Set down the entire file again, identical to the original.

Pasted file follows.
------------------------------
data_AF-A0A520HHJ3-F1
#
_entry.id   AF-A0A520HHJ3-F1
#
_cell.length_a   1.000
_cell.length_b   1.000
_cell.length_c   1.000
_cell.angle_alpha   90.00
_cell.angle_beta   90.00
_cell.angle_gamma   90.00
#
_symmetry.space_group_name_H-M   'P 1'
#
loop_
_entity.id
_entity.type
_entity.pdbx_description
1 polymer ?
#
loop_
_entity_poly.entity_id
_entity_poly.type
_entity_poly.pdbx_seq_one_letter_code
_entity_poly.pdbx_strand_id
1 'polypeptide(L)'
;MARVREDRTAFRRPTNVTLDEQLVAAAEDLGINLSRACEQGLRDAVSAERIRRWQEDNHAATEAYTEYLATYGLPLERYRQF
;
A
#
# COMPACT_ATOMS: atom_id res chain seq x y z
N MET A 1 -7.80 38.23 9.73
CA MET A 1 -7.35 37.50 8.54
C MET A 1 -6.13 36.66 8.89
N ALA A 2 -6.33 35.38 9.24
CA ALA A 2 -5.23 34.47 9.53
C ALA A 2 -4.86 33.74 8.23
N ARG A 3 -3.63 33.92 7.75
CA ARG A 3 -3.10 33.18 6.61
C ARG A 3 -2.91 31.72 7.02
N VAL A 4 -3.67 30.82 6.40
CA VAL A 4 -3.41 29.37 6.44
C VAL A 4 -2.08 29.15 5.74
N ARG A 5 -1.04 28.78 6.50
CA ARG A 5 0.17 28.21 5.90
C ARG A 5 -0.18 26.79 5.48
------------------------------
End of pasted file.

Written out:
data_AF-A0A520HHJ3-F1
#
_entry.id   AF-A0A520HHJ3-F1
#
_cell.length_a   1.000
_cell.length_b   1.000
_cell.length_c   1.000
_cell.angle_alpha   90.00
_cell.angle_beta   90.00
_cell.angle_gamma   90.00
#
_symmetry.space_group_name_H-M   'P 1'
#
loop_
_entity.id
_entity.type
_entity.pdbx_description
1 polymer ?
#
loop_
_entity_poly.entity_id
_entity_poly.type
_entity_poly.pdbx_seq_one_letter_code
_entity_poly.pdbx_strand_id
1 'polypeptide(L)'
;MARVREDRTAFRRPTNVTLDEQLVAAAEDLGINLSRACEQGLRDAVSAERIRRWQEDNHAATEAYTEYLATYGLPLERYRQF
;
A
#
# COMPACT_ATOMS: atom_id res chain seq x y z
N MET A 1 -7.80 38.23 9.73
CA MET A 1 -7.35 37.50 8.54
C MET A 1 -6.13 36.66 8.89
N ALA A 2 -6.33 35.38 9.24
CA ALA A 2 -5.23 34.47 9.53
C ALA A 2 -4.86 33.74 8.23
N ARG A 3 -3.63 33.92 7.75
CA ARG A 3 -3.10 33.18 6.61
C ARG A 3 -2.91 31.72 7.02
N VAL A 4 -3.67 30.82 6.40
CA VAL A 4 -3.41 29.37 6.44
C VAL A 4 -2.08 29.15 5.74
N ARG A 5 -1.04 28.78 6.50
CA ARG A 5 0.17 28.21 5.90
C ARG A 5 -0.18 26.79 5.48